Adjusting Your Child’s Schedule After the Fall Time Change

daylight savings fall 2020 - baby orange towel
Christine Brown

Christine Brown

Did you try to slowly adjusting for the Fall time change AND your little one had other ideas?

Or maybe you couldn’t even try. Or the time change wasn’t even on your radar. (been there when my boys were little!)

It’s totally ok – don’t fret! You won’t perpetually be stuck with a super early wake time. First, we are going to look at the science around the time change and schedules. Then we will guide you through adjusting your child’s schedule after the fall time change.

Sleep Science

  • On November 7th at 2:00 am the clocks fall back one hour.
  • Meaning a 7:00 am wake up is now a 6:00 am wake up.
  • We want to shift your child’s entire schedule one hour later. This will help your family to get back on the same clock schedule as before the time change.
  • Keeping a wake time that is too early will push the entire schedule too early. This result in an overtired kiddo.
  • Moving bedtime later is easy – we just keep our little ones up later
  • Moving wake time later is not so easy. Babies and toddlers don’t tend to sleep in like we do when we have a later bedtime.
  • Circadian rhythms, (aka as our internal sleep and wake clock), help keep us aligned on a 24 hour day. This helps keep our schedule fairly regular.
  • Our circadian rhythms are set by light exposure.
  • We need to reset circadian rhythms to the time change to get your little on back on their normal schedule.
  • We do this by controlling exposure to light and dark and adjusting the schedule gradually.

Here’s how to adjust your child’s schedule and circadian rhythms after the time change and move away from an earlier wake time.

Adjusting the Schedule

November 7TH

Wake up: When your little one wakes an hour earlier on November 1st, get your child up at their normal time, an hour earlier, and start the day.

Nap: If your child normally takes their first nap at 9:00 am, move it 30 minutes earlier for the first three day.  So a 9:00 am nap, will now be 8:30 am.  Because this is actually 30 minutes later than normal, it will be a little push for your little one, but it won’t destroy your schedule.  Repeat with the afternoon nap.

Bedtime: If your little one has been going to bed at 7:00 pm, put your kiddo to bed 30 minutes earlier at 6:30 pm.  This will feel like 7:30 pm for your little one.

November 8TH, 9TH & 10TH

Wake up: If (when) your little one wakes up at their normal time according to the old time, delay getting your child up until 30 minutes earlier according to the new time. 

For example, if your little one wakes at 6:00 am new time, delay getting your child up until 6:30 am.

Nap: keep nap 30 minutes earlier, same timing as November 7th.

For example: a 9:00 am nap, will now be 8:30 am. 

Bedtime: keep bedtime 30 minutes earlier like you did on November 7th.

For example: a 7:00 pm bedtime, will now be 6:30 pm.


Move your schedule to the same times as before the time change.

Wake up: if your little one wakes up earlier than their normal time, delay getting your child up until their normal time.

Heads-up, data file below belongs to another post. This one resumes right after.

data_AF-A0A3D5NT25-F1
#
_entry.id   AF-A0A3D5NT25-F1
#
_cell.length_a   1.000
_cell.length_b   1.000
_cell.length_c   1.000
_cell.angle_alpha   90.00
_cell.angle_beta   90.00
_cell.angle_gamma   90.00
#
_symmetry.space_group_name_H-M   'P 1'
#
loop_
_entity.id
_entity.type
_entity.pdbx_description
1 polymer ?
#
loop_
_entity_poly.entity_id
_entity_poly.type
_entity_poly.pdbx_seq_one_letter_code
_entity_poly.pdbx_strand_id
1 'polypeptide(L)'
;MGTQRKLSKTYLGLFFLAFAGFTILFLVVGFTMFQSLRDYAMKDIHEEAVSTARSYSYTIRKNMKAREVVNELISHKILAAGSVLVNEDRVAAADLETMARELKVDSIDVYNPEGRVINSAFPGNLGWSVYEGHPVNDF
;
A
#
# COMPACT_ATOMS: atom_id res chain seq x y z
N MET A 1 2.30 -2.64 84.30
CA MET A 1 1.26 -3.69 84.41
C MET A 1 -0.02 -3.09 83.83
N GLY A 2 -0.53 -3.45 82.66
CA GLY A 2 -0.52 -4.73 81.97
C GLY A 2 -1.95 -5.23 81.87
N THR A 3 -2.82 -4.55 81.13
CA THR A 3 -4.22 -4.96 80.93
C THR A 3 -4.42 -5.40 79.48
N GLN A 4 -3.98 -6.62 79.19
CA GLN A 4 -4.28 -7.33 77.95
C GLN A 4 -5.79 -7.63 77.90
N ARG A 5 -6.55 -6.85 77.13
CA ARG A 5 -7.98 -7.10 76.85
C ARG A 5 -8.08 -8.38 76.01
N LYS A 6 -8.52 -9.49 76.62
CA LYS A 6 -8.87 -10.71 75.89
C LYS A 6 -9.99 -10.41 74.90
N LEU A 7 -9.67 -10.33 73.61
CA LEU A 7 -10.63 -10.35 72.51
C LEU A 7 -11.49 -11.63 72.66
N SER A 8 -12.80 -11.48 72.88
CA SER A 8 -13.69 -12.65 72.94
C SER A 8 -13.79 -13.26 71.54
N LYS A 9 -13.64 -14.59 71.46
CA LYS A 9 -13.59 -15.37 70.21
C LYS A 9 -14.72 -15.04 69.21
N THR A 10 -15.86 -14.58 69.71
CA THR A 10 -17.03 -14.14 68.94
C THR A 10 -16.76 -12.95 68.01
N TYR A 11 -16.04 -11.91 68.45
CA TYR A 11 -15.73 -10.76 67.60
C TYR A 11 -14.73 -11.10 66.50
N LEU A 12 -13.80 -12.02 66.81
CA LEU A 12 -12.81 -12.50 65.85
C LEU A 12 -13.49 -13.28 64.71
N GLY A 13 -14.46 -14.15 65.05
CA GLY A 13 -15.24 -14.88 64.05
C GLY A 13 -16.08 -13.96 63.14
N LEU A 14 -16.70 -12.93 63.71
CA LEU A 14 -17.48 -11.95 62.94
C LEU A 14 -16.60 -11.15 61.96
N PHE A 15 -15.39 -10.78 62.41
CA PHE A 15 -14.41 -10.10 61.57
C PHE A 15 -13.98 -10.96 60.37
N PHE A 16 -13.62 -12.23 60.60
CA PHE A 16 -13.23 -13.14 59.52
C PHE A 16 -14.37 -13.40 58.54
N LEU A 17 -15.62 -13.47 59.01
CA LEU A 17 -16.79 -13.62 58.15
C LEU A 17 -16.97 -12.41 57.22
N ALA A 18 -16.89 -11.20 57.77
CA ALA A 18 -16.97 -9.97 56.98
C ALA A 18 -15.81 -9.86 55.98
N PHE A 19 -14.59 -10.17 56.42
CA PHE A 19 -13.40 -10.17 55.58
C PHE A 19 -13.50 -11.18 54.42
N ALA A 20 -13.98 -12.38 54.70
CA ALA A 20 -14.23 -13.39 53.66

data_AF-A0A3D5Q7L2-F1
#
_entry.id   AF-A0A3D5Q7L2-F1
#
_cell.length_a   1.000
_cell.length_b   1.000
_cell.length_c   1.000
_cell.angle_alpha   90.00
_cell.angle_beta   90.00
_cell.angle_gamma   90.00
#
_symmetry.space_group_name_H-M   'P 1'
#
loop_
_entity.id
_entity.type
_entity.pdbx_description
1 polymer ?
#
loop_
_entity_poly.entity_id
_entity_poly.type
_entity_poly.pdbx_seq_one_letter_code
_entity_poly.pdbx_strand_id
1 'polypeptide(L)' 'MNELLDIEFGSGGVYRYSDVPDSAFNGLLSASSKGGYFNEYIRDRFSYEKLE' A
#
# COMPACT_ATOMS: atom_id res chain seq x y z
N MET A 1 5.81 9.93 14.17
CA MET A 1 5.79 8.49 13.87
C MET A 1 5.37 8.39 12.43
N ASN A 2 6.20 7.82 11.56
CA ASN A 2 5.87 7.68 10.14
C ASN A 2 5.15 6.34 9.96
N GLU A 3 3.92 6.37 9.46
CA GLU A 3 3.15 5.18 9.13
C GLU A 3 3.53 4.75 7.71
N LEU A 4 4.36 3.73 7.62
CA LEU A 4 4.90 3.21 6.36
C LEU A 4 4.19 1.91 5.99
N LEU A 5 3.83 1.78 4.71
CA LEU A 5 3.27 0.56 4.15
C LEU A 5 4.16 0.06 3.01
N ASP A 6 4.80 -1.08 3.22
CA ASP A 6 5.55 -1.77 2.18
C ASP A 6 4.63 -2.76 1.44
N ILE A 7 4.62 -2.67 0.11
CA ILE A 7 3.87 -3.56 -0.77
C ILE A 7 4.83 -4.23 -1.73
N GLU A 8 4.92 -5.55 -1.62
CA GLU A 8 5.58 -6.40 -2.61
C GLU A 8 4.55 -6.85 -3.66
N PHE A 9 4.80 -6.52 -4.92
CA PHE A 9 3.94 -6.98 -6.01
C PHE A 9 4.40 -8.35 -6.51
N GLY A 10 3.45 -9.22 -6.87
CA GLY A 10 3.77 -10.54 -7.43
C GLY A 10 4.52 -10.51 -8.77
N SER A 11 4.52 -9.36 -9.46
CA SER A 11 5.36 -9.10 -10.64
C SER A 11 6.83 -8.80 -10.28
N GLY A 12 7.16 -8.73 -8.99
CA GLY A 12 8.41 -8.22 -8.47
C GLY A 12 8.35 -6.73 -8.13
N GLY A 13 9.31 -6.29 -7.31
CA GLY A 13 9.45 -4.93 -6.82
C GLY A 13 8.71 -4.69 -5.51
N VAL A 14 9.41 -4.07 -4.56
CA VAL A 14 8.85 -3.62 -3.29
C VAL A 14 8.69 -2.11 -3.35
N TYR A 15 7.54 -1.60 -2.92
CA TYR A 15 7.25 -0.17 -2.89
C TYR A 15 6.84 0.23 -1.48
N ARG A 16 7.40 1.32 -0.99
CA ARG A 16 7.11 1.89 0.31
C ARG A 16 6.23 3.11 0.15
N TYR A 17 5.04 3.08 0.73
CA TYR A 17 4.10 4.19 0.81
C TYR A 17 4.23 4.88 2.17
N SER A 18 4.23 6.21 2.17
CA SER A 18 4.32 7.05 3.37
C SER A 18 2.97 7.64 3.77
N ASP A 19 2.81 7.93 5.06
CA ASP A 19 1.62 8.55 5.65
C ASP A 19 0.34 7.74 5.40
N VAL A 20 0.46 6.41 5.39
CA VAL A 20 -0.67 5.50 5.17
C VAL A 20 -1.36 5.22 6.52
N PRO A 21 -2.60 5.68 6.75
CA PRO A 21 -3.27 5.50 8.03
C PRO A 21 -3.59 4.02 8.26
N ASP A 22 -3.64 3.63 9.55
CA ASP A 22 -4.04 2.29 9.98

For example: if your little one wakes at 6:30 am, don’t get your child up for the day until 7:00 am

Nap: if your child has been napping at 8:30 and 12:30, move to your normal schedule of 9:00 and 1:00.

Bedtime: if your little one has been going to bed at 6:30 pm for the past few days, move to their normal bedtime of 7:00 pm.

Adjusting After the Fall Time Change Using Lightness & Darkness

  • Keep your child’s room pitch black in the mornings after the time change.  The darkness will tell your child’s body that it isn’t time to get up, while their schedule is adjusting to the new time. 
  • Even a little bit of light peeking in can create early morning wake ups. Bring out the black Hefty trash bags and masking tape to make it pitch black.  Here are our favorite blackout solutions.
  • After your child wakes up for the day, open all the blinds, have breakfast on the patio (weather permitting) or bring your little one outside for a walk or to play early.  The sun exposure in the early morning will aid in resetting their internal clock and will help sleepy hormone production for that night.
  • Lots of outside play and sun exposure throughout the day will help your child with sleepy hormone production.
  • Close blinds and dim lights inside the house 30 minutes before nap times and ensure your child’s room is pitch black for naps as well.
  • Keep lights bright in the evening until about 30 minutes before the new bedtime to help keep your little one awake.  Dim the lights in the entire house 30 minutes before bed to increase sleepy hormone production.

Realistically, adjusting to the new time can take 1-2 weeks for babies and toddlers and around 1 week for school-aged kiddos through adulthood.  Accepting that things will be a little off for a little while, will help with the process.  Give yourself and your child a lot of patience.  You’ll be back to your old schedule soon enough!

If you are having challenges adjusting after the Fall time change or anything else, help is available!  Sign up for a free 15-minute intro call to talk to a consultant about how we can work together to create healthy sleep habits.

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